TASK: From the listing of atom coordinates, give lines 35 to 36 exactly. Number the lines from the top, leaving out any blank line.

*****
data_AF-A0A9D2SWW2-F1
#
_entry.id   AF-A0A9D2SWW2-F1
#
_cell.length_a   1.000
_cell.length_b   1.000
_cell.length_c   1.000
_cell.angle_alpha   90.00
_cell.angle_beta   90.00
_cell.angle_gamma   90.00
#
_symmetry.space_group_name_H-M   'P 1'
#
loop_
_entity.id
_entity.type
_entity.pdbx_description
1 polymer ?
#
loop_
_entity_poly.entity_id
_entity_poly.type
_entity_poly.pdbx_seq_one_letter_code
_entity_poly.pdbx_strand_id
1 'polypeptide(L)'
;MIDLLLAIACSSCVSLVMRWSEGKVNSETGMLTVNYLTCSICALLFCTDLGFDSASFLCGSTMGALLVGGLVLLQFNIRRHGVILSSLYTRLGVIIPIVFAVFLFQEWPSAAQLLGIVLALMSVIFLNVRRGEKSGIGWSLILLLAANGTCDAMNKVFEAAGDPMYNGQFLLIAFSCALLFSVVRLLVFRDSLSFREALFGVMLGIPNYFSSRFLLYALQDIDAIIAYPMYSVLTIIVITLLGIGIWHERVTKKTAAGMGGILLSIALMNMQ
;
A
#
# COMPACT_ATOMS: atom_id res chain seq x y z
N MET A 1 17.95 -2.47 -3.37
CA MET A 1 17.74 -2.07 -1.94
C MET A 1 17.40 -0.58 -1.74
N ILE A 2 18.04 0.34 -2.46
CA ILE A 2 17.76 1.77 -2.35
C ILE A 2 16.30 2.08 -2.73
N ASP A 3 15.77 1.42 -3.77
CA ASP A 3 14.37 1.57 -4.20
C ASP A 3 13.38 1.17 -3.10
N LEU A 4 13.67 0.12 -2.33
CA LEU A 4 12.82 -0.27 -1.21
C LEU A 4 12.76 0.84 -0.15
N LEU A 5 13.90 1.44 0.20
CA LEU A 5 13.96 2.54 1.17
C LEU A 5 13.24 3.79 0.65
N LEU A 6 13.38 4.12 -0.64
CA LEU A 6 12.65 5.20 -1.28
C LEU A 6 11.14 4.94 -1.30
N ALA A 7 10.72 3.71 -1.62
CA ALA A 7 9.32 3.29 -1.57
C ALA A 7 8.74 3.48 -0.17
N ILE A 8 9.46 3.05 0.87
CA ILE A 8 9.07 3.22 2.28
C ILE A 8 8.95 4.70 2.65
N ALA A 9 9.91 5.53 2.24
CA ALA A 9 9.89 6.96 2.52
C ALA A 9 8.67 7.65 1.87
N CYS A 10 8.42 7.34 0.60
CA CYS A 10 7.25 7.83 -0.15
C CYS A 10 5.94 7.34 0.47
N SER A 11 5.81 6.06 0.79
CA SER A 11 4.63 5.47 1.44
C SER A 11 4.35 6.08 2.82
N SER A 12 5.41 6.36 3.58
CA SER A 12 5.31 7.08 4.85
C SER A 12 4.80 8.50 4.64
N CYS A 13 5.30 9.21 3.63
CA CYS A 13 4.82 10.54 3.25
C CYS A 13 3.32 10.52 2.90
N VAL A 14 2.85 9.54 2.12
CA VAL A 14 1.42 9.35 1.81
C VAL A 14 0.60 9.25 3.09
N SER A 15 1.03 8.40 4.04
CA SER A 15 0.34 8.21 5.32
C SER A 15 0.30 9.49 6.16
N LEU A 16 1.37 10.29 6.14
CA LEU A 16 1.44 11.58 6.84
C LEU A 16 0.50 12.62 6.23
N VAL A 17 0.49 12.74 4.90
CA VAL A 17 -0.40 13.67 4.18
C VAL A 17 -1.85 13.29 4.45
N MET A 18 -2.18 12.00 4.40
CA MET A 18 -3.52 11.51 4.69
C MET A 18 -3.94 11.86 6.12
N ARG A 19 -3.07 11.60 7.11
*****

CA ILE A 2 17.76 1.77 -2.35
C ILE A 2 16.30 2.08 -2.73